Some comments on nomology, diagnostic process, and narcissistic personality disorder in the DSM-5 proposal for personality and personality disorders

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Abstract

I comment on the DSM-5 proposal for personality disorders (PDs), including discussion of the proposal's nomological revisions and their implications, the development and prioritization of a set of general criteria for PD, the shift to prototype matching of narrative descriptions for assessment of personality impairments and prominent PD types, and the recommendation to delete five PD diagnoses. Although the general criteria for PD are promising, implementation of prototype ratings for both functional impairments and PD types remains psychometrically questionable. In addition, revising the format and content of the diagnostic criteria while simultaneously deleting five diagnoses confounds evaluation of the revisions for the purposes indicated in the proposal. Finally, the performance of prior DSM criteria sets should not be the primary basis for considering the ontological status of prominent types because of construct definition problems with the criteria sets and criterion problems with DSM-based PD research. These concerns were highlighted in the case of Narcissistic PD - a diagnosis slated for deletion despite significant evidence for its clinical utility and validity when data beyond DSM criteria is considered. Changes of this magnitude are needed, but rigorous scientific evaluation is necessary before evolving from a proposal to the officially published DSM-5.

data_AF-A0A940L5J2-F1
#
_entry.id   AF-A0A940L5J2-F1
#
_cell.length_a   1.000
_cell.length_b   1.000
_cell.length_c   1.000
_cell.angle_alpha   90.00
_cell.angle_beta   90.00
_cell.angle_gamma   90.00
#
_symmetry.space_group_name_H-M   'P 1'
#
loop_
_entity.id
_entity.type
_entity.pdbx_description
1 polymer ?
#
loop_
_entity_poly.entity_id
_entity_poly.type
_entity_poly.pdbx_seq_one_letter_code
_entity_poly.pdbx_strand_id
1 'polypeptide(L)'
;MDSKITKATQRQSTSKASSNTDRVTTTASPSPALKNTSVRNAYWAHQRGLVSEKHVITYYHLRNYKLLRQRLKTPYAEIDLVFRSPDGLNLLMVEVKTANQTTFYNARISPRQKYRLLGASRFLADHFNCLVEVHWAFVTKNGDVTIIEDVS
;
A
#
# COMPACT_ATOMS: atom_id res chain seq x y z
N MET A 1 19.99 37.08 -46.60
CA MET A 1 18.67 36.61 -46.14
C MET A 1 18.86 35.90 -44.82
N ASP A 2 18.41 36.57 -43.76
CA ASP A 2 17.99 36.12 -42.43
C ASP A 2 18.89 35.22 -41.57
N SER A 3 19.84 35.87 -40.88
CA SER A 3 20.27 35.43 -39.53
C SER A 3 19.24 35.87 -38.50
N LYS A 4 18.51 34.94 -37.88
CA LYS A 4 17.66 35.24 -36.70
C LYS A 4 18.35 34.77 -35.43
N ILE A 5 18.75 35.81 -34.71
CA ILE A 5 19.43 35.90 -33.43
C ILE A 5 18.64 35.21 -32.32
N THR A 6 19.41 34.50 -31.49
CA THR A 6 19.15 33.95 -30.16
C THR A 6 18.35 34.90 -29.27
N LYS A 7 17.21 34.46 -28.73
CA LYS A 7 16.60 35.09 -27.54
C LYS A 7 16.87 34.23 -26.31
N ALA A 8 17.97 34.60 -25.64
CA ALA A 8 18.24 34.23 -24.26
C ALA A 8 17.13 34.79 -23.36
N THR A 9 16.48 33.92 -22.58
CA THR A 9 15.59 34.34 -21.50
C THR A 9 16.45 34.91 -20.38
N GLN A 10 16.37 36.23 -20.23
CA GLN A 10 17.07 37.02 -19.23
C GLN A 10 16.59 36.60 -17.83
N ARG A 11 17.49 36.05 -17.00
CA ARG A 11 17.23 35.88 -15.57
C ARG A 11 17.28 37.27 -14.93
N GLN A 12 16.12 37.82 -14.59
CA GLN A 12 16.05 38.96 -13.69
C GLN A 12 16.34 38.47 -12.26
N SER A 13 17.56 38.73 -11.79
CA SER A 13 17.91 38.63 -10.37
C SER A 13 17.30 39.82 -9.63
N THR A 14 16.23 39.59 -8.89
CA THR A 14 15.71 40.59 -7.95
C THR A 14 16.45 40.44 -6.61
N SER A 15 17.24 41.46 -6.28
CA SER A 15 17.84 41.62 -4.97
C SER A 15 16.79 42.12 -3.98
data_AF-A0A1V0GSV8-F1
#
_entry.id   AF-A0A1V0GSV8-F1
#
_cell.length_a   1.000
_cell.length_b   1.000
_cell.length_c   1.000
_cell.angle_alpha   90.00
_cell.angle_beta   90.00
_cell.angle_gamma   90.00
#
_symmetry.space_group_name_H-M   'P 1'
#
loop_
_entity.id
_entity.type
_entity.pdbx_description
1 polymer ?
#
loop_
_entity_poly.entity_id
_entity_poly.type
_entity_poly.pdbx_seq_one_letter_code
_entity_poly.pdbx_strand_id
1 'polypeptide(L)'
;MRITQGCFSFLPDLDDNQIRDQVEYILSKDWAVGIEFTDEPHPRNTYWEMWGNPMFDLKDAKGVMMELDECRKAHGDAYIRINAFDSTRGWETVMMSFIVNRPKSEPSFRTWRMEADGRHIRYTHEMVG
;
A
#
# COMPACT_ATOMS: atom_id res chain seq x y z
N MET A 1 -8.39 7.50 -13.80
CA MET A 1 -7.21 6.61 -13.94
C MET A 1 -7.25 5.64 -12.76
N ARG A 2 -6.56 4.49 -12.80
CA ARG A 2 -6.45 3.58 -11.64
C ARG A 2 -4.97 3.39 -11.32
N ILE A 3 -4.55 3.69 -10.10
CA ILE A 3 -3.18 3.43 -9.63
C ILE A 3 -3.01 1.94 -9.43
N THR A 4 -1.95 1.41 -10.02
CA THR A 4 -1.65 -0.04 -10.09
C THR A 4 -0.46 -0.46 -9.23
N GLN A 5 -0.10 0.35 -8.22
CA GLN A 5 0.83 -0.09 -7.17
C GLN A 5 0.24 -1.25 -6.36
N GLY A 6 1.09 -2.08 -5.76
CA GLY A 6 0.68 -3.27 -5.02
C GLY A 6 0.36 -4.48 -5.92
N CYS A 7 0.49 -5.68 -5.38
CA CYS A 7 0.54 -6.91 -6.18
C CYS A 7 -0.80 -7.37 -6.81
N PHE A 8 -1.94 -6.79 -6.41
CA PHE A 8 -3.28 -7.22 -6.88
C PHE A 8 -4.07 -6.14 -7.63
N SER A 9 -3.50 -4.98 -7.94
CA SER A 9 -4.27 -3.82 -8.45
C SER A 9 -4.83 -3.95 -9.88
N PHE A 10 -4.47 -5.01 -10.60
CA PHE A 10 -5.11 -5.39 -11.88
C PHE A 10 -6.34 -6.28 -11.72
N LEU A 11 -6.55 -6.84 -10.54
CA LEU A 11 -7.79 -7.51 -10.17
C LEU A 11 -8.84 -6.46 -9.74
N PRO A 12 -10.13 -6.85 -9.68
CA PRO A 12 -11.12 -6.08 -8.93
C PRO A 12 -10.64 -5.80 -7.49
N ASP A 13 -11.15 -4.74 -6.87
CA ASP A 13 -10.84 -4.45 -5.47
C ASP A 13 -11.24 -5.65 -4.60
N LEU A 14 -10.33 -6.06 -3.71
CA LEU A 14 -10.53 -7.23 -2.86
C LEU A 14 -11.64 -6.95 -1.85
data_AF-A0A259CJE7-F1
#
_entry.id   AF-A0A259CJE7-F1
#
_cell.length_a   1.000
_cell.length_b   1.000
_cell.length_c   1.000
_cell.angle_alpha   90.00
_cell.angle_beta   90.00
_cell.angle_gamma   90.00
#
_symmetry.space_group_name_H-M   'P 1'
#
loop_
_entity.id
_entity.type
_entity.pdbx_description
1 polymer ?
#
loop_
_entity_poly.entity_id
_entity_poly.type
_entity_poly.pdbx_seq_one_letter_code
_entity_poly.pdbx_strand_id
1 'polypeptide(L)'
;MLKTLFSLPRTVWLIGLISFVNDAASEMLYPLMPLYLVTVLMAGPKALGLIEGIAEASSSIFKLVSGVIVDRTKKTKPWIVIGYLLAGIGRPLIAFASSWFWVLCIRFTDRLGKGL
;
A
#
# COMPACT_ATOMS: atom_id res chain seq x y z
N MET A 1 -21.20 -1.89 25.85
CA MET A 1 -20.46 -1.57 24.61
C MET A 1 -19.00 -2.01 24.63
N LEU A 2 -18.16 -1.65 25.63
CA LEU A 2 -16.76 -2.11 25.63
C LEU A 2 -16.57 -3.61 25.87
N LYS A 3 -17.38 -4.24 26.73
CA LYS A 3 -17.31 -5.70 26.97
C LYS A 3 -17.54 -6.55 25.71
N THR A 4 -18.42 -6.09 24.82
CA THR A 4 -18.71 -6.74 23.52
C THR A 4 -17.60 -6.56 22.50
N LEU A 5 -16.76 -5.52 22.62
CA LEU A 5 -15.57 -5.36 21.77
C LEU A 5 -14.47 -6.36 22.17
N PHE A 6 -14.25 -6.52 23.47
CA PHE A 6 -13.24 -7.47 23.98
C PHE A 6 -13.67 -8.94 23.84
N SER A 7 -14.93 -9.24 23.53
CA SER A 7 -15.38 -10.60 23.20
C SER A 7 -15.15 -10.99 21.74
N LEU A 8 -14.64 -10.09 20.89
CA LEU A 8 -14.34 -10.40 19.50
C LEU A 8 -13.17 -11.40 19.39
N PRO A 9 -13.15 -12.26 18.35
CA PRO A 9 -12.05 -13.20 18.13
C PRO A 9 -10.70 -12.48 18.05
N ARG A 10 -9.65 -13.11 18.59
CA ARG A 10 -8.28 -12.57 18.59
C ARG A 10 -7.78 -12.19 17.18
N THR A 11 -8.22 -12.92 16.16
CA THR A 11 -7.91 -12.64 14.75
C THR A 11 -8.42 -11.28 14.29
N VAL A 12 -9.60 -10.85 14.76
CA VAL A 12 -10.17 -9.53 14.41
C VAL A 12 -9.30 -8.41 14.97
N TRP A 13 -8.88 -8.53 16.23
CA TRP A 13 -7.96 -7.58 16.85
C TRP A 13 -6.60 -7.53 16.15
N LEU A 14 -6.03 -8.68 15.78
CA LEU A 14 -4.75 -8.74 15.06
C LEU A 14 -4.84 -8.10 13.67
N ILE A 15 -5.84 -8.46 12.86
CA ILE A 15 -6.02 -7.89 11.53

Original languageEnglish (US)
Pages (from-to)41-53
Number of pages13
JournalPersonality Disorders: Theory, Research, and Treatment
Volume2
Issue number1
DOIs
StatePublished - Jan 1 2011

All Science Journal Classification (ASJC) codes

  • Clinical Psychology
  • Psychiatry and Mental health

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